The Senate Is Finally Getting Serious About Slaying Patent Trolls

Sen. Chuck Schumer, D-N.Y.

Sen. Chuck Schumer, D-N.Y. J. Scott Applewhite/AP

But nothing ever comes easy when it comes to patent reform.

Patent reform is back in the Senate, and it's going to be tougher for Harry Reid to get in the way this time.

Seven members of the Senate Judiciary Committee—including Majority Whip John Cornyn and Chuck Schumer, the No. 3 Democratunveiled legislation Wednesday that would overhaul several aspects of the patent-litigation landscape and clamp down on predatory patent-troll behavior.

The contents of the measure are the product of months of deliberations that began in January between Cornyn and Schumer, according to congressional aides close to the process. Discussions have dragged on for months as negotiators tweaked the bill to earn approval from Judiciary Chairman Chuck Grassley, ranking member Patrick Leahy, and others. It is part of an ongoing effort to build consensus around an agreement in which nearly every provision is subject to hostile dispute from interested groups—ranging from tech giants to start-up incubators to retail stores and biomedical firms.

The Patent Act effectively jump-starts a dormant debate in the upper chamber on how to best legislate against so-called patent trolling—the practice of filing frivolous patent-infringement lawsuits against inventors and businesses in the hope of reaping hefty settlements—nearly a year after negotiations within the committee crumbled.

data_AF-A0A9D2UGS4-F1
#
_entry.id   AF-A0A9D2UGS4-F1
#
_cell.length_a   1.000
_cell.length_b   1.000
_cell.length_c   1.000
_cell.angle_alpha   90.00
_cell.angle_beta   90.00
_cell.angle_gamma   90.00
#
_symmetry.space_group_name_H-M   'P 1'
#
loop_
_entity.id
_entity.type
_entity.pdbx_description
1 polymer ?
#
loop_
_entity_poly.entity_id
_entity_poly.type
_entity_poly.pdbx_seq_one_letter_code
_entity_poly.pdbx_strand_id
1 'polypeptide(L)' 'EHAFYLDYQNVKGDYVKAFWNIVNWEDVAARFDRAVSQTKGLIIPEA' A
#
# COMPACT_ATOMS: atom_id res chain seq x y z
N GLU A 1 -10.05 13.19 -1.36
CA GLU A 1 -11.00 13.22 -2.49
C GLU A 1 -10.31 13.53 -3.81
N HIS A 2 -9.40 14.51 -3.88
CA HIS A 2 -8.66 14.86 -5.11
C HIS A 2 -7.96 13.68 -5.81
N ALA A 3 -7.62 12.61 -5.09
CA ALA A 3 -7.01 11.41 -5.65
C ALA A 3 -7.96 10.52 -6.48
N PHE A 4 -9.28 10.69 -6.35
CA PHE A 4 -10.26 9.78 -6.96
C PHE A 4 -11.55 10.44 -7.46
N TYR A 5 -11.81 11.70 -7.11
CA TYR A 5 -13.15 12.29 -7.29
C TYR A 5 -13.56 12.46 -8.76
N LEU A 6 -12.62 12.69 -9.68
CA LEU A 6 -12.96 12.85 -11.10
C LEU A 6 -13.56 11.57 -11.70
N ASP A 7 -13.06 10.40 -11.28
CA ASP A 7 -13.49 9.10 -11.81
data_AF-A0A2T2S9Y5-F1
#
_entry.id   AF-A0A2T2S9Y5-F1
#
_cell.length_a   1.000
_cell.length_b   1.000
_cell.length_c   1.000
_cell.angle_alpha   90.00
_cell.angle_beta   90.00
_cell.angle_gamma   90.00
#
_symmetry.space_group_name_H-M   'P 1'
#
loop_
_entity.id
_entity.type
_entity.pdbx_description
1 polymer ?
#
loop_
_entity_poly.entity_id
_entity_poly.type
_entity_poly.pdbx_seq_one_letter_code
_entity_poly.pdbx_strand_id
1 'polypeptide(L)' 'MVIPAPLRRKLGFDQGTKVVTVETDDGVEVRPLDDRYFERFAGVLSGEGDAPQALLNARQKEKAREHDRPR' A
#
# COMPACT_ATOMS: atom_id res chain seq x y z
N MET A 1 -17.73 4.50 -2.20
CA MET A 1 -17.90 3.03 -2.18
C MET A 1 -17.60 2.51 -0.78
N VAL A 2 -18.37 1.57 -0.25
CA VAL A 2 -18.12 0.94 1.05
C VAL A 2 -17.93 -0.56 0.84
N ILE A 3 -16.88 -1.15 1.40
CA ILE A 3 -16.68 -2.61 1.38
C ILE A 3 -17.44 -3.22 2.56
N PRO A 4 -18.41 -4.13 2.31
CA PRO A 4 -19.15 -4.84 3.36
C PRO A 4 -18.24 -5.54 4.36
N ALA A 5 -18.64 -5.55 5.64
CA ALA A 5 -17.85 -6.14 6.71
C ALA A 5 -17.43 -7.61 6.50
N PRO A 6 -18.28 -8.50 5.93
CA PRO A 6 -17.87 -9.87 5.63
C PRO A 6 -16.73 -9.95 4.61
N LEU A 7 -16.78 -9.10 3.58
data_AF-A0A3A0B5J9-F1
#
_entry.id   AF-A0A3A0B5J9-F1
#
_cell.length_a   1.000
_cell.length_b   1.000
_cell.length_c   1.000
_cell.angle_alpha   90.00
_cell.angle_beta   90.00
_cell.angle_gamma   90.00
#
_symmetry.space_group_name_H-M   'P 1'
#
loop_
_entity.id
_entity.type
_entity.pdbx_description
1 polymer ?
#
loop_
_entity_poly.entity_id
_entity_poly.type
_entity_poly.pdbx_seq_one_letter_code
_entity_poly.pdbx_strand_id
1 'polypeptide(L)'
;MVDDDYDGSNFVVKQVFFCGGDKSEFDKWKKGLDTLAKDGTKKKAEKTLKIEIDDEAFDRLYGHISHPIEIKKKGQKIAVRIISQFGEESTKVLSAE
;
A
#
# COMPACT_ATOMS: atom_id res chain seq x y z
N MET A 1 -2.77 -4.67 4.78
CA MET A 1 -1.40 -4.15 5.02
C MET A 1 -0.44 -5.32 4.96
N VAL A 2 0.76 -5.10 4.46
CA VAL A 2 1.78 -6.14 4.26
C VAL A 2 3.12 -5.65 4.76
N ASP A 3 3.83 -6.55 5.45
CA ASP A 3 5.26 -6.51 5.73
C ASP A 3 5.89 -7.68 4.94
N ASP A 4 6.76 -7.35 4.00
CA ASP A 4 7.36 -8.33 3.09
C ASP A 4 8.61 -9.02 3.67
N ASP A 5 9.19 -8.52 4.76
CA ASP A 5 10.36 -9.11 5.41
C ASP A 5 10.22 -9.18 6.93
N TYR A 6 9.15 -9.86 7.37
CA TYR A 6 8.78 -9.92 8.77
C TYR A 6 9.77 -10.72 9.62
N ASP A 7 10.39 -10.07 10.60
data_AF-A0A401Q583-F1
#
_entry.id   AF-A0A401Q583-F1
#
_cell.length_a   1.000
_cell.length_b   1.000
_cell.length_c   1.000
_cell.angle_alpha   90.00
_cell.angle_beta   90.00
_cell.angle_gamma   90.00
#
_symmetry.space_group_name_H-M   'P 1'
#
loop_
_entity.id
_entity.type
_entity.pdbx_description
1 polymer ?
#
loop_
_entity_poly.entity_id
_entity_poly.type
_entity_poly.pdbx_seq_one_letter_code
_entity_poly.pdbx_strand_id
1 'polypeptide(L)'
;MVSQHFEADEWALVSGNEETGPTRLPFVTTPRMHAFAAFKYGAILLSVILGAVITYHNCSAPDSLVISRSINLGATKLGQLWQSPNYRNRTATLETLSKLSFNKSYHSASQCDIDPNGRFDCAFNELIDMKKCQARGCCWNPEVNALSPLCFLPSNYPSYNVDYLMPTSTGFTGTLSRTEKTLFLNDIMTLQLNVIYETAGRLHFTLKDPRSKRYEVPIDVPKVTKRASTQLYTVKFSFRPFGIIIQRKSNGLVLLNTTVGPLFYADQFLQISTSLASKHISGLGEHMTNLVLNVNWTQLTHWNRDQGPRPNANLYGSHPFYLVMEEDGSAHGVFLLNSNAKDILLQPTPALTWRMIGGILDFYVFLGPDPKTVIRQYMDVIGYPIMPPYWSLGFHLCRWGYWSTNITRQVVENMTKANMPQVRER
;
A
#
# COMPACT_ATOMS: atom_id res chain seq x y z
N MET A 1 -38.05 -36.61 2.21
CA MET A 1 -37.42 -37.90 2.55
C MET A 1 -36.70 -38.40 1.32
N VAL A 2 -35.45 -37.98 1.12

Reform advocates say trolls sap tens of billions from the economy annually—a nefarious activity that has grown with the explosion of software patents in recent years. Opponents question the veracity of those calculations while warning that overcorrecting the nation's intellectual property rules could do more harm than good.

 Harry Reid, then the Senate majority leader, was widely blamed last year for killing the compromise brokered by Schumer and Cornyn just hours before it was expected to emerge publicly. Even Leahy told a Vermont newspaper last year he was "furious" that Reid had killed the bill.

Reid was accused by Republicans and some reform advocates of caving during a tight election year to the demands of trial lawyers—long a Democratic constituency—who have opposed broad reform to patent litigation. The GOP takeover of the Senate following last year's midterm elections was viewed as a boon to the prospects for patent reform in the new Congress, now that Reid is relegated to the minority leader job.

"Last year it was stalled by a significant person running the U.S. Senate," Grassley said during a press conference introducing the bill.

In addition to Reid's loss of influence, reform advocates are buoyed by the wide-ranging political spectrum of the bill's cosponsors. In particular, some highlighted Democratic Sen. Amy Klobuchar's cosponsorship as a sign the measure is likely to have the votes necessary to muscle its way through the Judiciary Committee. Grassley said he plans to hold a hearing on the bill next Thursday and then mark it up two weeks later, before the Memorial Day recess.

The legislation was quickly praised by several pro-reform groups, including the recently formed United for Patent Reform, whose members include Google, Facebook, telecom giants, and the hotel, restaurant, and retail lobbying groups, which lauded Schumer and Cornyn for "their hard work driving the process that led to today's bill."